“You’re heading to Malta? There aren’t any sand beaches you know, just rock.”
I heard this statement over and over as Kasha and myself planned our escape to the central Mediterranean archipelago of Malta, courtesy of my ‘modelling’ for lowcostholidays. While lazing on the beach forms only a small part of what I like to enjoy on my holiday, I endeavoured to prove this statement wrong. Even as we peeked out of the plane window on our approach we spotted some golden shores draped along brilliant turquoise water, and my mission was finalised.
I will admit that the best beaches are spread out across the island, with very few located in the central areas, but nonetheless they are there and well worth the journey to discover. To help you find that perfect stretch of sand to flop on and get suitably bronzed (or red) here is my detailed guide to some of the best beaches in Malta.
Gozo, Ramla Bay
Some of the finest, and quietest, beaches can be found on the second largest Maltese island, Gozo. Northeastern Ramla Bay is one of the cleanest and most popular beaches, boasting particularly striking golden orange sand (think Wotsits/Cheetos dust). Less crowded than some of the mainland beaches, it’s a little out of the way with hardly any nearby resorts overlooking it.
It’s a good spot for families as there may be a little more space for kids to run about. Couples will enjoy a little more privacy with no overlooking apartments. Most of all this beach is for sunbathers looking for a quiet spot to relax.
The water isn’t too rough here, but there are a lot of rocks as soon as the water starts. This makes it difficult for even able bodied people to get into the water without donning some super cool sea shoes.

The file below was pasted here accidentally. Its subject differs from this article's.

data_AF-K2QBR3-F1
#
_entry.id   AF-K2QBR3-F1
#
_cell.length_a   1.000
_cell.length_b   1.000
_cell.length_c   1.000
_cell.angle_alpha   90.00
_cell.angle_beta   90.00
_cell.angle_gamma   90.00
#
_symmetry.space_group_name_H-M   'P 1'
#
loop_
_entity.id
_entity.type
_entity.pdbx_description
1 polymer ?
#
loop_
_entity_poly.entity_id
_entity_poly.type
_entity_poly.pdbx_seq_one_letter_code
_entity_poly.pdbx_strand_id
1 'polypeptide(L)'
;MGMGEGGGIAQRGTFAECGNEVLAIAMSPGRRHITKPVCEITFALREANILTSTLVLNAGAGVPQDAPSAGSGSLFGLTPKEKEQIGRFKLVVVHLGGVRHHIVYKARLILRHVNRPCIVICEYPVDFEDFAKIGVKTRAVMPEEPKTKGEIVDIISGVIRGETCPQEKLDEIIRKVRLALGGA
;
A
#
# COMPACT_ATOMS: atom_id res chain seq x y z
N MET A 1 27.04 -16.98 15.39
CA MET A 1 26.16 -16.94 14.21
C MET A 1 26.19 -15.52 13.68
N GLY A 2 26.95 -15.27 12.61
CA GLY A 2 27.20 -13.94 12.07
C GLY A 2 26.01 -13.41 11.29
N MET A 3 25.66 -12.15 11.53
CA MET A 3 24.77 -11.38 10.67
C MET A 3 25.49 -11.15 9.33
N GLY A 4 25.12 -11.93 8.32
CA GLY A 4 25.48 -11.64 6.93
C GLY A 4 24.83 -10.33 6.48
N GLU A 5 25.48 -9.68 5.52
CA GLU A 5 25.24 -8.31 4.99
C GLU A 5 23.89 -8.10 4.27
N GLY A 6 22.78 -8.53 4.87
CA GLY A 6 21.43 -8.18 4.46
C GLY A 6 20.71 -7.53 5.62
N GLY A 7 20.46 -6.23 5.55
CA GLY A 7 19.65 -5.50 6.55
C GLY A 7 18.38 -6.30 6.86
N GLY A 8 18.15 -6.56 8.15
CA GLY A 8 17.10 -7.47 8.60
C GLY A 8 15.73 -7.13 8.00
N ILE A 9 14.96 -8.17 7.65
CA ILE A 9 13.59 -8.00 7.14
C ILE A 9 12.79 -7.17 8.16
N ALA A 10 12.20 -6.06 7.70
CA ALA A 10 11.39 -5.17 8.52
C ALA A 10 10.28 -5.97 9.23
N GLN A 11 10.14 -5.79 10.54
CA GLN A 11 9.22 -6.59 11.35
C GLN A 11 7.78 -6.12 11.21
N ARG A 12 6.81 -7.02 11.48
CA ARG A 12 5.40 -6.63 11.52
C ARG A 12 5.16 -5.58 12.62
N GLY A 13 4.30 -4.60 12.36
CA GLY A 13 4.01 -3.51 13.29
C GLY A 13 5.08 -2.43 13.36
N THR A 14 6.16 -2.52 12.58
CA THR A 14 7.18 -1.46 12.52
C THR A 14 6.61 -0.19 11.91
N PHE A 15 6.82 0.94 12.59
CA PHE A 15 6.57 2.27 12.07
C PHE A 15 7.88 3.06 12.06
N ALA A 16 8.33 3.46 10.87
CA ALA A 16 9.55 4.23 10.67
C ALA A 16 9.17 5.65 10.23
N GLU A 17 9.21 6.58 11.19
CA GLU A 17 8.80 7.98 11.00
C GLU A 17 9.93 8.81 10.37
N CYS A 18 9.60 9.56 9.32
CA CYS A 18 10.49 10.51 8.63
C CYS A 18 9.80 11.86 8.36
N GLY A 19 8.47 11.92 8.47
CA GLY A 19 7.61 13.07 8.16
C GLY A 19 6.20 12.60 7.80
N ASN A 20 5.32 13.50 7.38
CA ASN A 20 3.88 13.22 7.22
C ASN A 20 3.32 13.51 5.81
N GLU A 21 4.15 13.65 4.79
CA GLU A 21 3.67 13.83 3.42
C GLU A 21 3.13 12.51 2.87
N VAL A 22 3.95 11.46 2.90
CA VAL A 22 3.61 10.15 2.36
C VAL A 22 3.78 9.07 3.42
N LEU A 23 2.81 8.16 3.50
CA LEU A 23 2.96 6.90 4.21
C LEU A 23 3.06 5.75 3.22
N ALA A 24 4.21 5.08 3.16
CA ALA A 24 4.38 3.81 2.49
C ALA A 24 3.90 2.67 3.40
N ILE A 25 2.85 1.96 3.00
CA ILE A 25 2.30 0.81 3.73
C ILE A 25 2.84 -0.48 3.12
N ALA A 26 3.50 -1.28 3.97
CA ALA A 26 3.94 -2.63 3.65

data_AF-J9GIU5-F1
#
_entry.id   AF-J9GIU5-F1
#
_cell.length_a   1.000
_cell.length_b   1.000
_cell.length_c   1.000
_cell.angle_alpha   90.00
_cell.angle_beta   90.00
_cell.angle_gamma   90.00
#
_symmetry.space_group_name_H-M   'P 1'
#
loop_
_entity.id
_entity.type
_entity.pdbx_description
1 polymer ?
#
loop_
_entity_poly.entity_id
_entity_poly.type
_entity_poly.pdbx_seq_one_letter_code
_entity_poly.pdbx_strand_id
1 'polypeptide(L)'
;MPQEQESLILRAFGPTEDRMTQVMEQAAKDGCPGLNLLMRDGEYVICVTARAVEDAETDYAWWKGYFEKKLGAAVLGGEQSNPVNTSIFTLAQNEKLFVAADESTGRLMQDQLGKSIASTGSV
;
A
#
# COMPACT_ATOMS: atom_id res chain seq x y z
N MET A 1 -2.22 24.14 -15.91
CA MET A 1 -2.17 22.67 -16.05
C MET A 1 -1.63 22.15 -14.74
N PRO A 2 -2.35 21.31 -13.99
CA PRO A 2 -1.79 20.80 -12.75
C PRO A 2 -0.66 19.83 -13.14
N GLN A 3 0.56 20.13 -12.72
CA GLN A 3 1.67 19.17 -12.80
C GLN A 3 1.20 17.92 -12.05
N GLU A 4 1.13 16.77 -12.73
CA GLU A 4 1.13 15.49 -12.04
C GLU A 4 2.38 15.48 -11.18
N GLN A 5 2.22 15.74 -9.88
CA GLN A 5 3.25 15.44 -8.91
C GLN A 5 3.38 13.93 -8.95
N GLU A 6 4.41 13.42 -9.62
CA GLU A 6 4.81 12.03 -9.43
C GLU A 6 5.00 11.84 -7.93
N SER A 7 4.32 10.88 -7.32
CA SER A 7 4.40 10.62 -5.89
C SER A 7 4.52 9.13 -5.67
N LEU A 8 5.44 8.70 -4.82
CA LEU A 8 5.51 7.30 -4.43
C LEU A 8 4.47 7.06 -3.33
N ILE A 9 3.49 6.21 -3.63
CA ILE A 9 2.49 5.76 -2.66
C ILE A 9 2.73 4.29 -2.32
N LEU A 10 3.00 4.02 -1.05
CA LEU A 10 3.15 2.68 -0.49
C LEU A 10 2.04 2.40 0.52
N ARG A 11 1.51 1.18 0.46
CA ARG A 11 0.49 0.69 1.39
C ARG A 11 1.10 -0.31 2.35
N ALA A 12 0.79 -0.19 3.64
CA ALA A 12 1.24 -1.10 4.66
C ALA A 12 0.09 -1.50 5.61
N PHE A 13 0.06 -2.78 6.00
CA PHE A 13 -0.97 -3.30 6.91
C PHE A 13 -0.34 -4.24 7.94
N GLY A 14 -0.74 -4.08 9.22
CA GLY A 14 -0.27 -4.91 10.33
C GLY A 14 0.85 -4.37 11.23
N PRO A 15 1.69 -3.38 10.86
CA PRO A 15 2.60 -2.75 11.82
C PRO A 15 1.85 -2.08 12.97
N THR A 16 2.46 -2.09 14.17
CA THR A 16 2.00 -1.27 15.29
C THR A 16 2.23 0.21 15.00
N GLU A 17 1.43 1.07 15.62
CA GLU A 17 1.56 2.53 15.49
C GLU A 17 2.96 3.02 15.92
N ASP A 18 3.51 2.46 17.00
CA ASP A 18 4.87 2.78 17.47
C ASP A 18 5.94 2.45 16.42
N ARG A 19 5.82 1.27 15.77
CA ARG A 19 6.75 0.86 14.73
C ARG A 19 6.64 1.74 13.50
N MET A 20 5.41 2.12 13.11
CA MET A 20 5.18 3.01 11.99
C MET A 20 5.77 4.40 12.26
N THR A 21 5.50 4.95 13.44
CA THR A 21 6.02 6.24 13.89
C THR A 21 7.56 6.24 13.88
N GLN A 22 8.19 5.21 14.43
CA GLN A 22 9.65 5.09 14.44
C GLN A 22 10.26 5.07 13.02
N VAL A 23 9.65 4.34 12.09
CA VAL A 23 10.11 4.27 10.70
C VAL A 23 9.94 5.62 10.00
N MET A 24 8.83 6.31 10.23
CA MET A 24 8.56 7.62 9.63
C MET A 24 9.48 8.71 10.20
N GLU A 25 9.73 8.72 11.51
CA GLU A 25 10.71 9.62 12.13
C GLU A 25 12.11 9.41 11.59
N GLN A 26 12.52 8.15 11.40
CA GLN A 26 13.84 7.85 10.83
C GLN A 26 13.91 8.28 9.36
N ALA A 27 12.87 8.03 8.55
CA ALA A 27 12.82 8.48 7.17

There is a great little café serving reasonably priced hot food, on tap Cisk and local wine. There are bathrooms and another bar that may be open earlier in the day but was closed by the time we arrived.
Oh Gozo, I shan’t miss your public transport system. Unlike the rest of Malta, this island has far fewer connections, so buses only run once an hour. This can be frustrating if you miss your bus, but an easy way around this is to check the times on the returning bus stop before you head to the beach. For drivers, there is plenty of space to park, but peak season means you will get blocked in by other cars arriving later. If you are planning on leaving the beach early, park further from the shore.
Surrounded by hotels full of English and European tourists, this large stretch of sand is one of the most popular beaches in Malta. It will get incredibly busy in peak season, due to its relatively easy accessibility from Valletta and the surrounding areas, but the calm clear water more than makes up for it.
Families will undoubtedly love this area due to its clear calm and shallow water. It’s also a great place for anyone staying further south in search of sand and sea.
Hell yes! The soft white sand dips slowly into the water, making it a paradise for swimmers and those looking to float in the water for a bit.
Food, ice cream, toilets, restaurants you name it they are in spitting distance wherever you lay your towel. There are plenty of sun loungers to rent here too, but when the sand it so soft what’s the point?